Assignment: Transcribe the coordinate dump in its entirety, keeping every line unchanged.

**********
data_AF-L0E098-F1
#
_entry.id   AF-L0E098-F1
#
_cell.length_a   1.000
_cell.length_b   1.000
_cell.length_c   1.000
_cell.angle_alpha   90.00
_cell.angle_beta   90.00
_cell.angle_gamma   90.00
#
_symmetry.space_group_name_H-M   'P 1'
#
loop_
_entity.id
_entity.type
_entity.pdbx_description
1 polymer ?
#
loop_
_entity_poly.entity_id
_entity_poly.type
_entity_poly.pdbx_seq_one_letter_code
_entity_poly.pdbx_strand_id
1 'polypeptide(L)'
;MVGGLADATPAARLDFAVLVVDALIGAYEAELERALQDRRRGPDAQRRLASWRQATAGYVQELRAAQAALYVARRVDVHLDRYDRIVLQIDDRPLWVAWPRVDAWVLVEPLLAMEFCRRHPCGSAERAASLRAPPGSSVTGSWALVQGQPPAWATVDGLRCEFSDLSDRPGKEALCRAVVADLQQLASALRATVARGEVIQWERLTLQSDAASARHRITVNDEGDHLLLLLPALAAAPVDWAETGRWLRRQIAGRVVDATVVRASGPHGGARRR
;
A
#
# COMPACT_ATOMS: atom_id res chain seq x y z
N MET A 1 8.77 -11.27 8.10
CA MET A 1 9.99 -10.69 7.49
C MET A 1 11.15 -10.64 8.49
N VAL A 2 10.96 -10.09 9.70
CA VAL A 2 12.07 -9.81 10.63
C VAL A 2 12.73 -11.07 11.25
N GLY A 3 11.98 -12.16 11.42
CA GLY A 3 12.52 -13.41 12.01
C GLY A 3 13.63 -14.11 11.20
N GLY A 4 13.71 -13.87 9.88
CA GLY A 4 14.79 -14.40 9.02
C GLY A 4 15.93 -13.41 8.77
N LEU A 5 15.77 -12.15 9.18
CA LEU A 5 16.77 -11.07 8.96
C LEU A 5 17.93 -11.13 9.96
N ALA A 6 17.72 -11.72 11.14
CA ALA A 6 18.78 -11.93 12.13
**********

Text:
data_AF-L0E098-F1
#
_entry.id   AF-L0E098-F1
#
_cell.length_a   1.000
_cell.length_b   1.000
_cell.length_c   1.000
_cell.angle_alpha   90.00
_cell.angle_beta   90.00
_cell.angle_gamma   90.00
#
_symmetry.space_group_name_H-M   'P 1'
#
loop_
_entity.id
_entity.type
_entity.pdbx_description
1 polymer ?
#
loop_
_entity_poly.entity_id
_entity_poly.type
_entity_poly.pdbx_seq_one_letter_code
_entity_poly.pdbx_strand_id
1 'polypeptide(L)'
;MVGGLADATPAARLDFAVLVVDALIGAYEAELERALQDRRRGPDAQRRLASWRQATAGYVQELRAAQAALYVARRVDVHLDRYDRIVLQIDDRPLWVAWPRVDAWVLVEPLLAMEFCRRHPCGSAERAASLRAPPGSSVTGSWALVQGQPPAWATVDGLRCEFSDLSDRPGKEALCRAVVADLQQLASALRATVARGEVIQWERLTLQSDAASARHRITVNDEGDHLLLLLPALAAAPVDWAETGRWLRRQIAGRVVDATVVRASGPHGGARRR
;
A
#
# COMPACT_ATOMS: atom_id res chain seq x y z
N MET A 1 8.77 -11.27 8.10
CA MET A 1 9.99 -10.69 7.49
C MET A 1 11.15 -10.64 8.49
N VAL A 2 10.96 -10.09 9.70
CA VAL A 2 12.07 -9.81 10.63
C VAL A 2 12.73 -11.07 11.25
N GLY A 3 11.98 -12.16 11.42
CA GLY A 3 12.52 -13.41 12.01
C GLY A 3 13.63 -14.11 11.20
N GLY A 4 13.71 -13.87 9.88
CA GLY A 4 14.79 -14.40 9.02
C GLY A 4 15.93 -13.41 8.77
N LEU A 5 15.77 -12.15 9.18
CA LEU A 5 16.77 -11.07 8.96
C LEU A 5 17.93 -11.13 9.96
N ALA A 6 17.72 -11.72 11.14
CA ALA A 6 18.78 -11.93 12.13